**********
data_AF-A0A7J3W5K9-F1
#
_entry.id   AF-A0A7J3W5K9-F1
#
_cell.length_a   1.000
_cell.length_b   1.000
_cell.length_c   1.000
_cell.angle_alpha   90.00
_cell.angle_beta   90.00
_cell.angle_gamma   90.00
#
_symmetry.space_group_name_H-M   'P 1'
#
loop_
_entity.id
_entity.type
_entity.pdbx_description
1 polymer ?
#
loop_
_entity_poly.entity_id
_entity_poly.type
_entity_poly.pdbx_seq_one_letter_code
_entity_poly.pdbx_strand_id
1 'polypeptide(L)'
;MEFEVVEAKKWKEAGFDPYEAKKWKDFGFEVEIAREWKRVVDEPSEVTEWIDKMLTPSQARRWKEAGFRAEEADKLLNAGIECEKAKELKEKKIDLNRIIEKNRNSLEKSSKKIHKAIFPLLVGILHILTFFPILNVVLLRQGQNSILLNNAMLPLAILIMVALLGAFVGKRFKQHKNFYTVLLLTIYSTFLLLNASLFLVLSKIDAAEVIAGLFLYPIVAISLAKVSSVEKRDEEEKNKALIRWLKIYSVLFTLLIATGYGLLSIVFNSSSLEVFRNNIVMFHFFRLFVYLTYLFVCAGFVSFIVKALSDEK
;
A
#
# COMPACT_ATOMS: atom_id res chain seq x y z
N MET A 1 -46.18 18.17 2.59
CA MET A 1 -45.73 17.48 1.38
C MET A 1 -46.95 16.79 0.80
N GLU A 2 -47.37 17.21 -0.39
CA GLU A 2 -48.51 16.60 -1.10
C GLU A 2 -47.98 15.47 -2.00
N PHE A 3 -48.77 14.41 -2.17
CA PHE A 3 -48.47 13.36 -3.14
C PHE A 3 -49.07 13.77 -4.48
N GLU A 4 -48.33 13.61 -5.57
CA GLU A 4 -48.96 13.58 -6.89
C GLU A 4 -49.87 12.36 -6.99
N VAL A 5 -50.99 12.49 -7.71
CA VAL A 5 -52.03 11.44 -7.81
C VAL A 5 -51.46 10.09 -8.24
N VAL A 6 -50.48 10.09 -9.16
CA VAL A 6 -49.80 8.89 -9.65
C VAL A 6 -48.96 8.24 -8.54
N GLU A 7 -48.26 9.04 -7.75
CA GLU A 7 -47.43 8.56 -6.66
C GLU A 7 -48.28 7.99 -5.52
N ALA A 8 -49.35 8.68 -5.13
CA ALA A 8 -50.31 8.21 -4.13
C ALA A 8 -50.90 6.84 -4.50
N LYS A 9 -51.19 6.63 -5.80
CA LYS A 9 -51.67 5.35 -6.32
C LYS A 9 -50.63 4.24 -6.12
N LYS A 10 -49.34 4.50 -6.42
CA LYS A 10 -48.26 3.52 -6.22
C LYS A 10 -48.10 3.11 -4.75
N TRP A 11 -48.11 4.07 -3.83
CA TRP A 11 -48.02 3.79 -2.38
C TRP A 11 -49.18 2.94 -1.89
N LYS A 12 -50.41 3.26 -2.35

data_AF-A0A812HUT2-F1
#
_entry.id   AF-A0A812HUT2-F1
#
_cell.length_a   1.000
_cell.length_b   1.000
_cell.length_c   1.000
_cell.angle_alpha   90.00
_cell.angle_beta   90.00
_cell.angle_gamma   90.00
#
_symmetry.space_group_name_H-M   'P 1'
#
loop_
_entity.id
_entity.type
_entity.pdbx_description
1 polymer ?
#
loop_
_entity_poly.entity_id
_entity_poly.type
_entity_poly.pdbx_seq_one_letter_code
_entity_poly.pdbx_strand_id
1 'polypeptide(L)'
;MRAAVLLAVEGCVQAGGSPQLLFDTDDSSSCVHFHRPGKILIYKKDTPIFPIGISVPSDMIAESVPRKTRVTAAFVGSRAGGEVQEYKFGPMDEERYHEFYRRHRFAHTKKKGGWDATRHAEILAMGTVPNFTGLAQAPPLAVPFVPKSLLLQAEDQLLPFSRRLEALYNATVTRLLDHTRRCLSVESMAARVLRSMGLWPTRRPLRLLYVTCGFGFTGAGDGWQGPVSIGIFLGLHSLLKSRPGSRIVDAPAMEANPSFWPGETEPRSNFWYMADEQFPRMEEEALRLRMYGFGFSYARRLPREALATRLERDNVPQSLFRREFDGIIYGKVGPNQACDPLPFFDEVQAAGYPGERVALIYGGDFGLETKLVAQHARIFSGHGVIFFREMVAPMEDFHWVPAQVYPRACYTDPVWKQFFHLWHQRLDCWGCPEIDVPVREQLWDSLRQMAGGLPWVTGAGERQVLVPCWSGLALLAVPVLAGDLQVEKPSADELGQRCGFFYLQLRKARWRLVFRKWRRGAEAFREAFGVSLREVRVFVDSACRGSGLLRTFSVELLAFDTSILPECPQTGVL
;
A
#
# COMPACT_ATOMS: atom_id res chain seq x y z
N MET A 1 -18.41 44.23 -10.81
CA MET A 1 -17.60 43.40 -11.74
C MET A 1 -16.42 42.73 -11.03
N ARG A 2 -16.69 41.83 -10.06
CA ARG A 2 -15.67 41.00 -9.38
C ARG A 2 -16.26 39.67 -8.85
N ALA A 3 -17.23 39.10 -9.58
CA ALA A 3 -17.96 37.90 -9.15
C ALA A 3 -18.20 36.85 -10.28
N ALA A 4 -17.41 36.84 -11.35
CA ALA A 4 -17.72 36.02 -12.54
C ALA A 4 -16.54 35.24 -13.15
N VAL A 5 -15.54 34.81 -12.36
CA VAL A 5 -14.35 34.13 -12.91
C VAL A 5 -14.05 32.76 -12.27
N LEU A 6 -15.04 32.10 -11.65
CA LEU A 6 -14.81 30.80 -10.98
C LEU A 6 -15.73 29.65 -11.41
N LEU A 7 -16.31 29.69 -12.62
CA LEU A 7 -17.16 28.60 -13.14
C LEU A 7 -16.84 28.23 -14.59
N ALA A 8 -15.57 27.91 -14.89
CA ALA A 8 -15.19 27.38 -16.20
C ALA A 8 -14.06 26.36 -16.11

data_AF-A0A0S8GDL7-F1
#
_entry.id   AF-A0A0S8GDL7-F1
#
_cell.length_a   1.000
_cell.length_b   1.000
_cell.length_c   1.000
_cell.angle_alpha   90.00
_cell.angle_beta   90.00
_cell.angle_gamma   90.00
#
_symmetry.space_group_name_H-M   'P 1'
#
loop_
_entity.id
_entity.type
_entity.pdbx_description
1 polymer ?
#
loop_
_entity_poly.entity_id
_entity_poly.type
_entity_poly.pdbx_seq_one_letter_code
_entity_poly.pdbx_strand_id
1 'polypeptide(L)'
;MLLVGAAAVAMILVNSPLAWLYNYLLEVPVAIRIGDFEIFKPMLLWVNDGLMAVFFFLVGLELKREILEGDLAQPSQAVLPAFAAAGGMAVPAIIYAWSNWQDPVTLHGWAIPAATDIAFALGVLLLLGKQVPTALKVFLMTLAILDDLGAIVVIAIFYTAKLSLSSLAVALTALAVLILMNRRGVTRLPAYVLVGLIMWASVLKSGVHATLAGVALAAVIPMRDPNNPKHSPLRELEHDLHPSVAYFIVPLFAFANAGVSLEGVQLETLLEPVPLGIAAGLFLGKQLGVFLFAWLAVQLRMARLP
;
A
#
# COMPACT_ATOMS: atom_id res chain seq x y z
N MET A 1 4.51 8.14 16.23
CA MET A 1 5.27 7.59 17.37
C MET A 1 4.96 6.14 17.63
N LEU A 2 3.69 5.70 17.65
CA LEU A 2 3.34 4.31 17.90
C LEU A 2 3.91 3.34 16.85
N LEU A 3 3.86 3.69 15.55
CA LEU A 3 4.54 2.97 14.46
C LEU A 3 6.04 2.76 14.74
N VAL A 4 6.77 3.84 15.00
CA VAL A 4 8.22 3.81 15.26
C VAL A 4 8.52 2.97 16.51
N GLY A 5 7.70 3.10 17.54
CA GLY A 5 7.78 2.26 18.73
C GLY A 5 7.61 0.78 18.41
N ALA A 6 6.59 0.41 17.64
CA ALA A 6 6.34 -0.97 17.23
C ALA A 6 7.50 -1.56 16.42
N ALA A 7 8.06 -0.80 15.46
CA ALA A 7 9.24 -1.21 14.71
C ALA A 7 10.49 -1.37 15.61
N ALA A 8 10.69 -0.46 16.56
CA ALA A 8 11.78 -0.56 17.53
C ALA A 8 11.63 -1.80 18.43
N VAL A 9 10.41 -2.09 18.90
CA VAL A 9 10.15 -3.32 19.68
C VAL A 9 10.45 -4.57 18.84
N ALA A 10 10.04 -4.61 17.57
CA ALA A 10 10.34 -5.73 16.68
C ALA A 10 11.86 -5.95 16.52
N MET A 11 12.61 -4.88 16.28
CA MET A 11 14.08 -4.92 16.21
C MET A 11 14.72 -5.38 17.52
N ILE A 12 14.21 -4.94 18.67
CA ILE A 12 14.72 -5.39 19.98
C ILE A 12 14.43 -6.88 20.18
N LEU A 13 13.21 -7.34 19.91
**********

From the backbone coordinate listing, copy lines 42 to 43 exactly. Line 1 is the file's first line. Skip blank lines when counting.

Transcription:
C GLU A 4 -49.87 12.36 -6.99
N VAL A 5 -50.99 12.49 -7.71